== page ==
Vet Tech vs. Vet Assistant

When you were reciting your future occupations as a child, there's a decent chance that you mentioned veterinarian. If you've held onto that dream of a career in animal care but you don’t have to spend eight years in school or spend your life savings to get there, there's good news. You might be interested in becoming a vet tech or vet assistant. While the two sound similar, these positions are actually quite different. Knowing the differences can help you find the occupation of your dreams.


Although vet techs and vet assistants may perform many of the same tasks, there are fundamental differences between the two positions. At the most basic level, they both assist a veterinarian with the care of animal patients. However, a vet tech is specially trained to complete certain tasks that a vet assistant is not.

These tasks include drawing blood, taking and developing X-rays, intubating surgical patients, and administering anesthesia. Vet techs are also responsible for performing and sometimes interpreting laboratory tests such as fecals, urinalysis, and blood counts. They may be responsible for maintenance of laboratory machinery and ordering inventory. Vet techs can also assist in surgery, administer emergency care, and perform dental cleanings on anesthetized patients.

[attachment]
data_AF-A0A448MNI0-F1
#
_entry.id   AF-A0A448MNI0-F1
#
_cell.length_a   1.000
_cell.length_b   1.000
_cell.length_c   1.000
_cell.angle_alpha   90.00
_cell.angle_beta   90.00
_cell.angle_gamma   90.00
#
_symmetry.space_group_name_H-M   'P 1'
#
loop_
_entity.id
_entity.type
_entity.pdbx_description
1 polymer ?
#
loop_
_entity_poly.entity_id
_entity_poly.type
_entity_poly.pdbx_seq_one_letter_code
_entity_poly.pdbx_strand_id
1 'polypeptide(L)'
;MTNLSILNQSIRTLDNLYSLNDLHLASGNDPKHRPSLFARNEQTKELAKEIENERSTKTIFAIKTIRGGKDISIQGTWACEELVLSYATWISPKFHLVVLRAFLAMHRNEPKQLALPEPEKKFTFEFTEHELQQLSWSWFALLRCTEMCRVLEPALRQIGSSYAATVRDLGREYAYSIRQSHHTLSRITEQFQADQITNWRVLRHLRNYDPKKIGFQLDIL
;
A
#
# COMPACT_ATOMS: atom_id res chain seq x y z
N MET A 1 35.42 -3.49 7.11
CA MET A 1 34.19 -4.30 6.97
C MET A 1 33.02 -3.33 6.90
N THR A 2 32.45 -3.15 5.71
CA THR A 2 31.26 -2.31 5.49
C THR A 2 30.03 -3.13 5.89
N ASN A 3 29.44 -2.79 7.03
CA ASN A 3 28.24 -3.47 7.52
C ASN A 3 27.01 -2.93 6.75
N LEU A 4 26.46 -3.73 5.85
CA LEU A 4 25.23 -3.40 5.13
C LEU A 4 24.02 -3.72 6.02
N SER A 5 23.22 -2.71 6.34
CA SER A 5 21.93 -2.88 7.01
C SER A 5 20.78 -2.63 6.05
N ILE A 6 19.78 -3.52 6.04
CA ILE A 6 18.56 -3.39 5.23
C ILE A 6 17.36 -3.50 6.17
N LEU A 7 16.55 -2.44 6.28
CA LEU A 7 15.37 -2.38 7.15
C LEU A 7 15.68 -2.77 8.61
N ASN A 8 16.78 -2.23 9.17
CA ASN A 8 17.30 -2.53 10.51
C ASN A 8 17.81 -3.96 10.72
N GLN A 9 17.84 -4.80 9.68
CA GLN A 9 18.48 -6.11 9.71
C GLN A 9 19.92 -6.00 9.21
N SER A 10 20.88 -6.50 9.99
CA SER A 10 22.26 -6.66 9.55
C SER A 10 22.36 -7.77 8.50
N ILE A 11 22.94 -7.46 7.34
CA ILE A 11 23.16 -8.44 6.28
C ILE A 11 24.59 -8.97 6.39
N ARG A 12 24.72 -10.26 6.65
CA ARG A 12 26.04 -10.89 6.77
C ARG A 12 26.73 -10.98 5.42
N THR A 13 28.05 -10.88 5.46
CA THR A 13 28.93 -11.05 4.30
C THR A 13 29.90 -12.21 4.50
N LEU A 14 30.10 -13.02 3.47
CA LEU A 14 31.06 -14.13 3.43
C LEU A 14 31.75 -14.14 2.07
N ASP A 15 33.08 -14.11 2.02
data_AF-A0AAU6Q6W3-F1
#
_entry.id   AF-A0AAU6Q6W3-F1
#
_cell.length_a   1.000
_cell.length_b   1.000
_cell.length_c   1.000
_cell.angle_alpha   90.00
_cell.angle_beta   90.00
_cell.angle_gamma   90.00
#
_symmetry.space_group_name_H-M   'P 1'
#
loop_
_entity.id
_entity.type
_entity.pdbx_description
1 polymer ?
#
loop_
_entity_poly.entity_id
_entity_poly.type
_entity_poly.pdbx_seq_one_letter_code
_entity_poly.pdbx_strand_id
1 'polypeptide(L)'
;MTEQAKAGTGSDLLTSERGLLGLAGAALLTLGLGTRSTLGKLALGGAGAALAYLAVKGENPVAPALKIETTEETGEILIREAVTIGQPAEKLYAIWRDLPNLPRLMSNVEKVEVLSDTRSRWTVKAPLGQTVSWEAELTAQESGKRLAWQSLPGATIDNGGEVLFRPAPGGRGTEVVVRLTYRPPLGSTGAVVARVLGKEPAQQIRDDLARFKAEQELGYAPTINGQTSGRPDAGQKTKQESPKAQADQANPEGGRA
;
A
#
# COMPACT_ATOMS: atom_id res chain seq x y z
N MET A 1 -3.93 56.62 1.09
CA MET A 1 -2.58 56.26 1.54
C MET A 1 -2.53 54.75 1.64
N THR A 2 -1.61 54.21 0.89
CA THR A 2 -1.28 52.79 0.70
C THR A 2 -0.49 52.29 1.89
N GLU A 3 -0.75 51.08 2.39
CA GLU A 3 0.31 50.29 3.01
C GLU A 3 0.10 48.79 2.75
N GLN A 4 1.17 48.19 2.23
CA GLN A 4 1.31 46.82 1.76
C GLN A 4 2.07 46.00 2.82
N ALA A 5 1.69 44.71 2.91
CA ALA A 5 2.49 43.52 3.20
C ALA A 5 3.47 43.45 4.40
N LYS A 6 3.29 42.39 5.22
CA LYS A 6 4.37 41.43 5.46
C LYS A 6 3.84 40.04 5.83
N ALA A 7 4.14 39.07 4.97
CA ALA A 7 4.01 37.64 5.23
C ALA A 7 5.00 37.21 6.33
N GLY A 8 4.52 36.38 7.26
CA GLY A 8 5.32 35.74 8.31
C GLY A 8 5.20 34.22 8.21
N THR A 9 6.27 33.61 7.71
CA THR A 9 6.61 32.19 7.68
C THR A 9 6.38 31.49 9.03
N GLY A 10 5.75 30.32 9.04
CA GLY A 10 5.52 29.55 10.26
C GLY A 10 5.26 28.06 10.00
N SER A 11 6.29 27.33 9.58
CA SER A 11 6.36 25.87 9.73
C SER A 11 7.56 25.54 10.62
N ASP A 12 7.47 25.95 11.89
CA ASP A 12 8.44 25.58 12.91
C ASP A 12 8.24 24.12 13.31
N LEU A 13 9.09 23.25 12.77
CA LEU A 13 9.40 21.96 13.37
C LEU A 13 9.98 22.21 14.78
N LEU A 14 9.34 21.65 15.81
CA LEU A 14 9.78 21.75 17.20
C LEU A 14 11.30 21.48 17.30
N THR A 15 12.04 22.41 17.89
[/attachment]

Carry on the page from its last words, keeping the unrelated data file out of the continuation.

In contrast, a vet assistant is typically responsible for feeding, watering, and administering medications to patients as well as maintaining a clean hospital. Much of a vet assistant's time will be spent sterilizing surgical equipment, disinfecting cages, and restraining animals while they are examined or treated by a veterinarian. Vet assistants may also provide post-surgical monitoring and care once properly trained, and they can also prepare laboratory samples and medications under supervision of the vet tech or veterinarian.


The educational requirements of these two positions are very different. There is no educational requirement or certification needed to become a vet assistant, and all of your training will be done on the job. The education required of a vet tech is more stringent. Vet techs must graduate from either a two- or four-year program from a school accredited by the American Veterinary Medical Association. Upon graduation, a vet tech must pass the Veterinary Technician National Examination. Most states then require a vet tech to obtain a license with the state’s own board of veterinary medicine, although some states waive this step.


According to the U.S. Bureau of Labor Statistics, the median income for a vet tech is $14.56 hourly for a salary of $30,290 per year. As a vet assistant, you can expect to make an average of $11.12 per hour for a salary of $23,130 per year.